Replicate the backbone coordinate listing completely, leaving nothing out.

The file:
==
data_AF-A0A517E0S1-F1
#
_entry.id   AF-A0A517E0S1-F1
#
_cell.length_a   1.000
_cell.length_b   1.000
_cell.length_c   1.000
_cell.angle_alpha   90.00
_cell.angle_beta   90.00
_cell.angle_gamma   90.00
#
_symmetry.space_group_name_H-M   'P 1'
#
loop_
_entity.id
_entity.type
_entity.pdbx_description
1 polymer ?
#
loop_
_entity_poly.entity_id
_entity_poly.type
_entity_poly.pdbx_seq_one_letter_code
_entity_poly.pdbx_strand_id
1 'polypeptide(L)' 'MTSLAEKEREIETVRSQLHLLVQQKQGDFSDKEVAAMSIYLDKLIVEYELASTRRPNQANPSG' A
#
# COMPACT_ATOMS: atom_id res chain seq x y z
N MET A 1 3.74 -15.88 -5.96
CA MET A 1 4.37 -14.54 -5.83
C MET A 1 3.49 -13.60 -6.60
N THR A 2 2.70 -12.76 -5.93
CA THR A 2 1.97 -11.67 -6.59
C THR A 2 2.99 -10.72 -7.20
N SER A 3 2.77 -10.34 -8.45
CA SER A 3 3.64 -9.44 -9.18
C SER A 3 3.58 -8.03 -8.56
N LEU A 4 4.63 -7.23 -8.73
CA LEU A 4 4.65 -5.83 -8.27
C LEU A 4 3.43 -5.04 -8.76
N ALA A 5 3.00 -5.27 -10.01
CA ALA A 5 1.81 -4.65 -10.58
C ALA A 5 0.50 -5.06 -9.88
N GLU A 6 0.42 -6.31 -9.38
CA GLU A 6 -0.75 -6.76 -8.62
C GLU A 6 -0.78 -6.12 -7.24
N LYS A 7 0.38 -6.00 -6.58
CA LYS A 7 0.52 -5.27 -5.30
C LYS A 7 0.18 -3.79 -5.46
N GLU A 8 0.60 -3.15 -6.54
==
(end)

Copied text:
data_AF-A0A517E0S1-F1
#
_entry.id   AF-A0A517E0S1-F1
#
_cell.length_a   1.000
_cell.length_b   1.000
_cell.length_c   1.000
_cell.angle_alpha   90.00
_cell.angle_beta   90.00
_cell.angle_gamma   90.00
#
_symmetry.space_group_name_H-M   'P 1'
#
loop_
_entity.id
_entity.type
_entity.pdbx_description
1 polymer ?
#
loop_
_entity_poly.entity_id
_entity_poly.type
_entity_poly.pdbx_seq_one_letter_code
_entity_poly.pdbx_strand_id
1 'polypeptide(L)' 'MTSLAEKEREIETVRSQLHLLVQQKQGDFSDKEVAAMSIYLDKLIVEYELASTRRPNQANPSG' A
#
# COMPACT_ATOMS: atom_id res chain seq x y z
N MET A 1 3.74 -15.88 -5.96
CA MET A 1 4.37 -14.54 -5.83
C MET A 1 3.49 -13.60 -6.60
N THR A 2 2.70 -12.76 -5.93
CA THR A 2 1.97 -11.67 -6.59
C THR A 2 2.99 -10.72 -7.20
N SER A 3 2.77 -10.34 -8.45
CA SER A 3 3.64 -9.44 -9.18
C SER A 3 3.58 -8.03 -8.56
N LEU A 4 4.63 -7.23 -8.73
CA LEU A 4 4.65 -5.83 -8.27
C LEU A 4 3.43 -5.04 -8.76
N ALA A 5 3.00 -5.27 -10.01
CA ALA A 5 1.81 -4.65 -10.58
C ALA A 5 0.50 -5.06 -9.88
N GLU A 6 0.42 -6.31 -9.38
CA GLU A 6 -0.75 -6.76 -8.62
C GLU A 6 -0.78 -6.12 -7.24
N LYS A 7 0.38 -6.00 -6.58
CA LYS A 7 0.52 -5.27 -5.30
C LYS A 7 0.18 -3.79 -5.46
N GLU A 8 0.60 -3.15 -6.54